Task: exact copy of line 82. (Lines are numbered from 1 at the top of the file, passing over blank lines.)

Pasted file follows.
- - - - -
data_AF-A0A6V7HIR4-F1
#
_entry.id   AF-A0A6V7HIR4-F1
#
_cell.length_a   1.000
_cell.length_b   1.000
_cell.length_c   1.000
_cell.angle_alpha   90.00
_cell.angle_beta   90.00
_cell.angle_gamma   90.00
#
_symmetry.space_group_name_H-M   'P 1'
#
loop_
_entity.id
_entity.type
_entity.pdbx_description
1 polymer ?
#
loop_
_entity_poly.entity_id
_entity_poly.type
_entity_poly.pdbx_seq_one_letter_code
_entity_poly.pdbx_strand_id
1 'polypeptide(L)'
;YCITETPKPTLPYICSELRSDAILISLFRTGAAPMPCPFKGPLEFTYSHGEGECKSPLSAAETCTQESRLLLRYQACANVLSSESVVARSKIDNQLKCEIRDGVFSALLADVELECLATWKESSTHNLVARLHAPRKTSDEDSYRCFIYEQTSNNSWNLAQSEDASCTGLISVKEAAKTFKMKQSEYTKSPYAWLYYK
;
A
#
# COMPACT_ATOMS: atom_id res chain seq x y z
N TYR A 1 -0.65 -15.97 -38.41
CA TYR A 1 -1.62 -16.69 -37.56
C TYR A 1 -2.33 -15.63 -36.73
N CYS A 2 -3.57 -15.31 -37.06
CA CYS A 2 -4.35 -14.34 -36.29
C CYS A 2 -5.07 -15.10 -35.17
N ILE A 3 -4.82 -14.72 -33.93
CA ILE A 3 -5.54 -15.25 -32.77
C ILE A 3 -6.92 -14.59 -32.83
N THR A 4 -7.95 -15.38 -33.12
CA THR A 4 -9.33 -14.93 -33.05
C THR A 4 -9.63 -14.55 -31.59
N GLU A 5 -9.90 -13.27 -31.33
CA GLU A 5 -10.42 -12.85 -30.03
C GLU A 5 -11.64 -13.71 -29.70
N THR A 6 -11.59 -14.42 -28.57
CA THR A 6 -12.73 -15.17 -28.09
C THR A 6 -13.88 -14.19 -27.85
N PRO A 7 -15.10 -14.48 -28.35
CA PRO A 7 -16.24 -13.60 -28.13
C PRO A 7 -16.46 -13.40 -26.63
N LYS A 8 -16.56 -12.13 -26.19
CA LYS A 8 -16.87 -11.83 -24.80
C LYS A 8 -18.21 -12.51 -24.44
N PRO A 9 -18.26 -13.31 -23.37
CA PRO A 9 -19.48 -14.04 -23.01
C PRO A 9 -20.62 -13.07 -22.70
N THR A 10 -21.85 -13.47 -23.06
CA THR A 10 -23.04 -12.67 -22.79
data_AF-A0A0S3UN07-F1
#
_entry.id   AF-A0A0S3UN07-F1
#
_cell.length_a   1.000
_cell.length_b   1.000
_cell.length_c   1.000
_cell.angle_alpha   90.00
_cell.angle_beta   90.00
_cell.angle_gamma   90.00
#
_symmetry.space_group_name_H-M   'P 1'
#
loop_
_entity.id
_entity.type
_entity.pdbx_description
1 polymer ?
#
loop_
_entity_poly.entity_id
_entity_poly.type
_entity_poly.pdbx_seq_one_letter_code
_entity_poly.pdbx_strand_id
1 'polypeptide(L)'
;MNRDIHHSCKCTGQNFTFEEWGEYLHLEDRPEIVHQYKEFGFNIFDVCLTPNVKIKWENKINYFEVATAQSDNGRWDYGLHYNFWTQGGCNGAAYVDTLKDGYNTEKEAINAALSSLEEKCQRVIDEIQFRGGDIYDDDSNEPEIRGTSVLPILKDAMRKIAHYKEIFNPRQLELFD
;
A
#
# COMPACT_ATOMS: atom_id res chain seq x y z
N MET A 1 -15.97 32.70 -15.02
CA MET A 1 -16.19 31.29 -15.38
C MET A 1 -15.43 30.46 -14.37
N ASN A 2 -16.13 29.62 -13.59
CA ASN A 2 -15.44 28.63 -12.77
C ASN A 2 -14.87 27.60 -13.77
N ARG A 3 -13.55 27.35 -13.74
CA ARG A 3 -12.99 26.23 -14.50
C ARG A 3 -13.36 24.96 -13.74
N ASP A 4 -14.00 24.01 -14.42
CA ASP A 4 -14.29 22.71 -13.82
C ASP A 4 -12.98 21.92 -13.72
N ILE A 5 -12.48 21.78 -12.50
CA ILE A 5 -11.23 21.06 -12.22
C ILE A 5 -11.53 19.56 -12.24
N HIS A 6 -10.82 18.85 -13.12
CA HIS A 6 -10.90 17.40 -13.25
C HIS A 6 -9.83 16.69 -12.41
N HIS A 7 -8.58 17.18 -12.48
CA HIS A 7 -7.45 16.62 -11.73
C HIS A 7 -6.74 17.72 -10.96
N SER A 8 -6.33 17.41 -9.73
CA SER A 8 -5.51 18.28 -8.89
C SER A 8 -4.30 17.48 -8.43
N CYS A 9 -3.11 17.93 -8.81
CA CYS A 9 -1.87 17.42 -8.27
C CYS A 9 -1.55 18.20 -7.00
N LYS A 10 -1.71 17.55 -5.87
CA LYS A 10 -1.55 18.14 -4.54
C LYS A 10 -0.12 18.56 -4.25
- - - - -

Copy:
_entity_poly.pdbx_seq_one_letter_code